“When you looked at all the museums around the country, the Atlanta story was not being told. The intersection between Atlanta and the Civil Rights Movement was not being told, other than through anecdotes and oral histories,” Franklin said.
“Shortly after that, we recruited Doug Shipman and we formed a board… From 2002 to 2003 it was in the formative stages, so it wasn’t until 2005 that we became more than a concept,” Franklin said.
“It is designed to keep the interests of people and to help them understand the power of conviction, passion, and strategy. I have the expectation that young and old will be moved to act,” Franklin said.
“It gives you the opportunity to learn more about the people who ignited these changes. I have reason to believe that lots of people might see themselves in an active role on the issues they care about,” Franklin said.
At the Pettus Bridge exhibit, APN ran into “General” Larry Platt, who showed me a picture of himself in the march on Pettus Bridge in 1965.
“I’m here today, because I marched at Pettus Bridge on Bloody Sunday. I was one of the foot soldiers with John Lewis and Hosea Williams,” Platt told APN.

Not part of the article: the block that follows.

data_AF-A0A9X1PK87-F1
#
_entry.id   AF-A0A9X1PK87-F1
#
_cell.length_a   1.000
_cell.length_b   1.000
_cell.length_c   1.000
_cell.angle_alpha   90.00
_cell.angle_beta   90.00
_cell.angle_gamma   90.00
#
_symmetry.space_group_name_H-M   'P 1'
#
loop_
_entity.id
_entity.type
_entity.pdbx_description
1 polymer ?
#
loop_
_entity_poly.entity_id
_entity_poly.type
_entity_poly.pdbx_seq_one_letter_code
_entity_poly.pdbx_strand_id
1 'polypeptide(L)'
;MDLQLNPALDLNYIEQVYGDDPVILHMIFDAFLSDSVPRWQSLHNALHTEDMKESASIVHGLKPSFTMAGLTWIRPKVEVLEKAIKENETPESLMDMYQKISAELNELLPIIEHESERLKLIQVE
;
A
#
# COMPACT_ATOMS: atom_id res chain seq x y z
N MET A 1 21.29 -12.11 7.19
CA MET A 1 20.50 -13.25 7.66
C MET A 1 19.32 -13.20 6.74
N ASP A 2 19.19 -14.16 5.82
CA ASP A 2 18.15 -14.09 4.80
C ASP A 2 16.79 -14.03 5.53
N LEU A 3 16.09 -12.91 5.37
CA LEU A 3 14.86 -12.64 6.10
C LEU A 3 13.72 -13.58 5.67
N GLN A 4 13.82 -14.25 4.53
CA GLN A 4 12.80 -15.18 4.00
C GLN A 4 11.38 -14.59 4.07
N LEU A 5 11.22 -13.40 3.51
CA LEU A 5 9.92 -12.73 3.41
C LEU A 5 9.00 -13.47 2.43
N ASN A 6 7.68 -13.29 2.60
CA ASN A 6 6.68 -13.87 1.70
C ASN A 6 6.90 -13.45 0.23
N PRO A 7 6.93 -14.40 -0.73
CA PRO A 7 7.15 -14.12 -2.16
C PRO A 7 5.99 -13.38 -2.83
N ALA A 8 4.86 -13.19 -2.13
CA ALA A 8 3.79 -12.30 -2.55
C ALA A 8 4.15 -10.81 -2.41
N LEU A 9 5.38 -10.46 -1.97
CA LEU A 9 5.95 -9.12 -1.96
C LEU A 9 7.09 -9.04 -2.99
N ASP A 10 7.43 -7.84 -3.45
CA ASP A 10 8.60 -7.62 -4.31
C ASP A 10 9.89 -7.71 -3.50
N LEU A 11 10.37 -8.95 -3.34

In another area, you can view a series of painting that depicts his life story of U.S. Rep. John Lewis (D-GA).
The second floor exhibit is titled “Rolls Down Like Water: The American Civil Rights Movement.”
When you walk through the entrance, you are transported back in time when segregation and Jim Crow laws were the norm. If you look up, you will see pictures of Black men hanging from trees.
A wall of infamous segregationists like George Wallace, Strom Thurmond, Lester Maddox, and others introduce you to the segregated and unequal world of Blacks and Whites of the early fifties and sixties in the U.S. South.
“White Only” and “Colored Only” signs publicly displayed tell Blacks where they can and cannot eat, use a restroom, or even drink water.
Consciousness slowly began to change with the 1954 Supreme Court case, Brown v. Board of Education, that opened segregated college doors to Black students.
On the walls of the museum, visitors can read the history of the Montgomery Bus Boycott; the integration of Central High School in Little Rock, Arkansas; and other important resistance movements that started to happen across the South.
Visitors learn the history of Black and White Freedom Riders who rode together through the South protesting segregation. An accompanying interactive audio is available to hear individual Freedom Riders talk about their experience. Hundreds of mug shots of Freedom Riders form the outline of a bus.